So when she was born, we kept her tiny buddy attached. I ended up in the hospital for my birth. And this was not something that I was going to waver on. Since I had to on so many other things. My midwife had to fight for me on that one. They gave the we can’t do that speech. And we replied, we can and we are!. So needless to say we were the first people at the BC woman’s hospital to do a lotus birth. We didn’t doctor it with the herbs, it was just wrapped up in a sterile bag. And placed between her legs, and both of them were swaddled together.

I did only keep it attached for two days after her birth. It was tugging pretty good at her belly button, and making it inflamed. But the cord was so dry, I could have just cracked it off. We cut it pretty close, and by two days later the rest of it fell off. It was great that I never had to deal with the smell of rotting flesh. I remember that smell from my nieces and nephews, and was not looking forward to it. So that was another added benefit, it really does fall off quicker then having it cut right at birth. My placenta now sits in the freezer. I’m still undecided on what to do with it.

Oh I did find this neat article on waiting to cut the cord. And how it possibly prevents many health issues early on. Delayed cord clamping. If I’m ever-blessed to have another child, I will be doing a lotus birth again. I just hope more women can be informed about this and demand it.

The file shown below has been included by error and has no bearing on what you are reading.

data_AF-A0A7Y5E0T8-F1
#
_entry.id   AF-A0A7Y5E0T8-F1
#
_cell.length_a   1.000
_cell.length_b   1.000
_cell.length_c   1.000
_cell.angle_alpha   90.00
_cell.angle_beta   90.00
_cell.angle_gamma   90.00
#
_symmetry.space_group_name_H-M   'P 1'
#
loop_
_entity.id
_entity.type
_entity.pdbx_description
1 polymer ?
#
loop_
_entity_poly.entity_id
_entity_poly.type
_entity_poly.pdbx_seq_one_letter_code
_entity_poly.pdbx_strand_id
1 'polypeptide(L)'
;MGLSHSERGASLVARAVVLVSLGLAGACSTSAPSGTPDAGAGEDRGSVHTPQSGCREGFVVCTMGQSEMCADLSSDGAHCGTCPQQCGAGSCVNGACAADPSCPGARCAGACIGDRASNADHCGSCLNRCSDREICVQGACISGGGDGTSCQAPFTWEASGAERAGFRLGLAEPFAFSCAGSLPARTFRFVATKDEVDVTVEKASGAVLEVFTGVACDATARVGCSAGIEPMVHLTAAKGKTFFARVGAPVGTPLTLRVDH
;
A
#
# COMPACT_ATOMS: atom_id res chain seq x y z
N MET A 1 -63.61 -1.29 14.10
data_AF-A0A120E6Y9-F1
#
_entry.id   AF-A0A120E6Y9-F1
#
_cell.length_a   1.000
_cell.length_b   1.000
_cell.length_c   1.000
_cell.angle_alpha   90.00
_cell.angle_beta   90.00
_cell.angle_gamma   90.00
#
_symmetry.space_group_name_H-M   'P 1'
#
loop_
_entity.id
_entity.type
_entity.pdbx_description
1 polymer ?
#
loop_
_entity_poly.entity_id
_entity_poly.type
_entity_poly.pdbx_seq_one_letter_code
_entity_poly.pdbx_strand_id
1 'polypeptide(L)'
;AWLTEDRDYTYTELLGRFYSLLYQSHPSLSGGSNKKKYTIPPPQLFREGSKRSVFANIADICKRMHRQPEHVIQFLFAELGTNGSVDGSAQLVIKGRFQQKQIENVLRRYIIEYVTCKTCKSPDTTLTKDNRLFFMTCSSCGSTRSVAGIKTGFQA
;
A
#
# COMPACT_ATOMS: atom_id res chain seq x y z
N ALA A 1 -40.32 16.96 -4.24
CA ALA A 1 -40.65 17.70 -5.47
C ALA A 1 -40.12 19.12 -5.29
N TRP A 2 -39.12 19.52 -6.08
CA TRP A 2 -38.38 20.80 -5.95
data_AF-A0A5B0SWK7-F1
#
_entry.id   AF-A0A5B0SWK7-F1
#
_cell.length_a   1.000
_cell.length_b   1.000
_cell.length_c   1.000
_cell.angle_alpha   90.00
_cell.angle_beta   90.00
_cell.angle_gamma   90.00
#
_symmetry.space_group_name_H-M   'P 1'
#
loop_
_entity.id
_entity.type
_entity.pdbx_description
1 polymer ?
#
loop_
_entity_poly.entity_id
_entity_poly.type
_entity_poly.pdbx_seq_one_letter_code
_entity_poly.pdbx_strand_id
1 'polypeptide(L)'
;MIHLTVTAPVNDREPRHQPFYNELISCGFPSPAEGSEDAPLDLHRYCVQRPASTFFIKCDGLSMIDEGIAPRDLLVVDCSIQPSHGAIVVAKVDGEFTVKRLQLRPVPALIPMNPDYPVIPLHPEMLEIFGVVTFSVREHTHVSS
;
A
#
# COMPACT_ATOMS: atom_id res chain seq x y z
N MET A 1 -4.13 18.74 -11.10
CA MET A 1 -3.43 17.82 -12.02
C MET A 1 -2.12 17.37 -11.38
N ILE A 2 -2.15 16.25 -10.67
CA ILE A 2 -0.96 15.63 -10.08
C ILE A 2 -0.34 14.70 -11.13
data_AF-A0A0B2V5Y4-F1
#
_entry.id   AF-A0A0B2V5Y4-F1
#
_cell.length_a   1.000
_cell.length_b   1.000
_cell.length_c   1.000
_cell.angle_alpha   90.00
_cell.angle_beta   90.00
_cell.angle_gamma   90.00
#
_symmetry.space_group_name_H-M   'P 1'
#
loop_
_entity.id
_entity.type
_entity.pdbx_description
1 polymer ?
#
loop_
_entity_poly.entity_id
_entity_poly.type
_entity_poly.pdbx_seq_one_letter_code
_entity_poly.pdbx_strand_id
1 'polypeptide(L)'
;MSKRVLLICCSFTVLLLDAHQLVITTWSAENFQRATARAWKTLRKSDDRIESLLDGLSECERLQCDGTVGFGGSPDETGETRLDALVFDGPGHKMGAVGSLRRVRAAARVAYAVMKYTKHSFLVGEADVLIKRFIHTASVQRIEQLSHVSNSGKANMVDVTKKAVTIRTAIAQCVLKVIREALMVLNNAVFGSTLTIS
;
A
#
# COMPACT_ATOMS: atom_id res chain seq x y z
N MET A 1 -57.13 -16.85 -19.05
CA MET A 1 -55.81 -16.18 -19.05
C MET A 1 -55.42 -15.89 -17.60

Did you clamp right away?

My midwife experience

I knew from a very young age that if I was ever to have children. That I would want it witnessed by a midwife. I researched all the local midwives in my area, and settled on www.pomegranate-midwives.com. It is a decision that I will never forget. You are put with a team of three, mine was the red team. This consisted of Kat, Yarra, and Marijke

I still can not find words that can express my gratitude or admiration for these women. They are working in, as far as I’m concerned the noblest of professions. The job of baby catching!. From the very first meeting I was put at ease and made to feel like I was their only pregnant momma.

I’m coming up on my last appointment, and it’s almost breaking my heart. I’ve spent almost a year with these wonderful women. They have mentored me, helped me through some rough times. Gave me every resource that I could need or want. Held my hand, were a well needed shoulder for me to cry on. And the best gift of all, they handed me my daughter. They have kept me longer than most. Because they knew I’ve been a bit unstable. Which has meant the world to me. They made me feel like I wasn’t crazy, even when I’ve felt sometimes that I was.